Champollion resisted the idea of hieroglyphs as pictorial metaphors. Instead, with the aid of a brilliant insight by the English physicist Thomas Young, he proceeded something like this: The Rosetta stone had been uncovered in 1799 by a French soldier working on the fortifications of the Nile Delta town of Rashid, which the Europeans, largely ignorant of Arabic, called Rosetta. It was a slab from an ancient temple, displaying what seemed clearly to be the same message in three different writings: in hieroglyphics at top, in a kind of cursive hieroglyphic called demotic in the middle, and, the key to the enterprise, in Greek at the bottom. Champollion, who was fluent in ancient Greek, read that the stone had been inscribed to commemorate the coronation of Ptolemy V Epiphanes, in the spring of the year 196 B.C. On this occasion the king released political prisoners, remitted taxes, endowed temples, forgave rebels, increased military preparedness and, in short, did all the things that modern rulers do when they wish to stay in office.

The Greek text mentions Ptolemy many times. In roughly the same positions in the hieroglyphic text is a set of symbols surrounded by an oval or cartouche. This, Champollion reasoned, very probably also denotes Ptolemy. If so, the writing could not be fundamentally pictographic or metaphorical; rather, most of the symbols must stand for letters or syllables. Champollion also had the presence of mind to count up the number of Greek words and the number of individual hieroglyphs in what were presumably equivalent texts. There were many fewer of the former, again suggesting that the hieroglyphs were mainly letters and syllables. But which hieroglyphs correspond to which letters? Fortunately, Champollion had available to him an obelisk, which had been excavated at Philae, that included the hieroglyphic equivalent of the Greek name Cleopatra. The two cartouches for Ptolemy and for Cleopatra, rearranged so they both read left to right, are shown on p. 000. Ptolemy begins with P; the first symbol in the cartouche is a square. Cleopatra has for its fifth letter a P, and in the Cleopatra cartouche in the fifth position is the same square. P it is. The fourth letter in Ptolemy is an L. Is it represented by the lion? The second letter of Cleopatra is an L and, in hieroglyphics, here is a lion again. The eagle is an A, appearing twice in Cleopatra, as it should. A clear pattern is emerging. Egyptian hieroglyphics are, in significant part, a simple substitution cipher. But not every hieroglyph is a letter or syllable. Some are pictographs. The end of the Ptolemy cartouche means “Ever-living, beloved of the god Ptah.” The semicircle and egg at the end of Cleopatra are a conventional ideogram for “daughter of Isis.” This mix of letters and pictographs caused some grief for earlier interpreters.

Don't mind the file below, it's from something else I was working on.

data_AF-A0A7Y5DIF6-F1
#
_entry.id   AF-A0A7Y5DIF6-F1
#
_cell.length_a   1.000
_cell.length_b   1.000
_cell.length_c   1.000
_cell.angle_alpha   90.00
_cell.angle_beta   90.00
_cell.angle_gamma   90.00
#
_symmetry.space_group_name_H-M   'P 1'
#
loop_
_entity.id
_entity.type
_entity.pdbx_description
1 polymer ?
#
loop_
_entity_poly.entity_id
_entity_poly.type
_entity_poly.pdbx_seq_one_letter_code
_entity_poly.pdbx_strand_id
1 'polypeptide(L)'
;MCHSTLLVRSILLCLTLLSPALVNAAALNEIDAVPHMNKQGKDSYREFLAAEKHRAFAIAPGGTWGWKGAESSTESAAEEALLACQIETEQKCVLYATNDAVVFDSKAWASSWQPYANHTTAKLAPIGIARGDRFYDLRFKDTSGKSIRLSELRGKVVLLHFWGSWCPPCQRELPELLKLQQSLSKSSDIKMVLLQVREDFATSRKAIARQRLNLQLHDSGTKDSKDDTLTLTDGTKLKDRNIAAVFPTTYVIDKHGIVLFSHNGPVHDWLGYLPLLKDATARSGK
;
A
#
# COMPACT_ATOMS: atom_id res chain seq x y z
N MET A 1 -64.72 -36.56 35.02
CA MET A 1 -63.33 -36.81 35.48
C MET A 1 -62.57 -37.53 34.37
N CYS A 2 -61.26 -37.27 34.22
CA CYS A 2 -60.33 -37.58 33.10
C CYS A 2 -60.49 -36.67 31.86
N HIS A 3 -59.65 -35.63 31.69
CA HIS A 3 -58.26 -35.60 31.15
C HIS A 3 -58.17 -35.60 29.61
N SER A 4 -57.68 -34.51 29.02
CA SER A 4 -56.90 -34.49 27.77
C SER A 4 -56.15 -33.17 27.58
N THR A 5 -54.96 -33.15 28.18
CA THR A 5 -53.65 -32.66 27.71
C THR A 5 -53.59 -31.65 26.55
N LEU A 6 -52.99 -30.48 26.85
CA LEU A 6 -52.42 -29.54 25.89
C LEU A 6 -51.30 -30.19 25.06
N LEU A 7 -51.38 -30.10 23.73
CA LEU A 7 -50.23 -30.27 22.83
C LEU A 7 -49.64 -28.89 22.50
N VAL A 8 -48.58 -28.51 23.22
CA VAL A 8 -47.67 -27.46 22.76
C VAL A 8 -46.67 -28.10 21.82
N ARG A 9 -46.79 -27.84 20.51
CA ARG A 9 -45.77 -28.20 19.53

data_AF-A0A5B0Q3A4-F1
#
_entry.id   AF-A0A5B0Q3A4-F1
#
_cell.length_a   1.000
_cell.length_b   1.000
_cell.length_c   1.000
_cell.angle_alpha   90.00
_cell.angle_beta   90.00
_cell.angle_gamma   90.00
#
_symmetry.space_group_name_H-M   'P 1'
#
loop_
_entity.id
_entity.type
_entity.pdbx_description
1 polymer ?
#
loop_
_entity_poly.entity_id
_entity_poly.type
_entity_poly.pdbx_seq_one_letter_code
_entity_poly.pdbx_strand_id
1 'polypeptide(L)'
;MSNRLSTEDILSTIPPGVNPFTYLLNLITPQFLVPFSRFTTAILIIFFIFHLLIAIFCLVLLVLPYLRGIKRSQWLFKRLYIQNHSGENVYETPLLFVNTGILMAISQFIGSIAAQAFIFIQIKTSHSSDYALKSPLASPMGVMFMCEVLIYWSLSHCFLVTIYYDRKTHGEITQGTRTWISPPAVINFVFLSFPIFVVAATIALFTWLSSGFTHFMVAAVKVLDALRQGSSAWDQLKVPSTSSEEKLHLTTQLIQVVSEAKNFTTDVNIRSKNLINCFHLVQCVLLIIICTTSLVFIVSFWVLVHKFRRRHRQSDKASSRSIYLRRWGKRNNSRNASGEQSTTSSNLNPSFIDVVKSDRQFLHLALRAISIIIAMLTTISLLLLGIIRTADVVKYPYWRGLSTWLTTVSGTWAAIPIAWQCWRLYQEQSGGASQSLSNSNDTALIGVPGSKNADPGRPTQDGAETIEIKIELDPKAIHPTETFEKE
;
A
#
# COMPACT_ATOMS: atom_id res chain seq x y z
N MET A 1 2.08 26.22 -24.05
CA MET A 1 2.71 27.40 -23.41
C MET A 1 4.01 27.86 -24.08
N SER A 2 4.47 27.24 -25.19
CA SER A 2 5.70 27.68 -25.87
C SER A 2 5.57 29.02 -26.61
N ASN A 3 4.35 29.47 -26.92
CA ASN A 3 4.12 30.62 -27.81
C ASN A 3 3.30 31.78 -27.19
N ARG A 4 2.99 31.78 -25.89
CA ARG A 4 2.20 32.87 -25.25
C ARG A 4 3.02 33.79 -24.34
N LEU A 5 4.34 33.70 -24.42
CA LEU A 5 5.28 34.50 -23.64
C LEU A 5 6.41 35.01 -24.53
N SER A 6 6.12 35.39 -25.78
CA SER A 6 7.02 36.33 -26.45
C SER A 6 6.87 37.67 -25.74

In retrospect it sounds almost easy. But it had taken many centuries to figure out, and there was a great deal more to do, especially in the decipherment of the hieroglyphs of much earlier times. The cartouches were the key within the key, almost as if the pharaohs of Egypt had circled their own names to make the going easier for the Egyptologists two thousand years in the future. Champollion walked the Great Hypostyle Hall at Karnak and casually read the inscriptions, which had mystified everyone else, answering the question he had posed as a child to Fourier. What a joy it must have been to open this one-way communication channel with another civilization, to permit a culture that had been mute for millennia to speak of its history, magic, medicine, religion, politics and philosophy.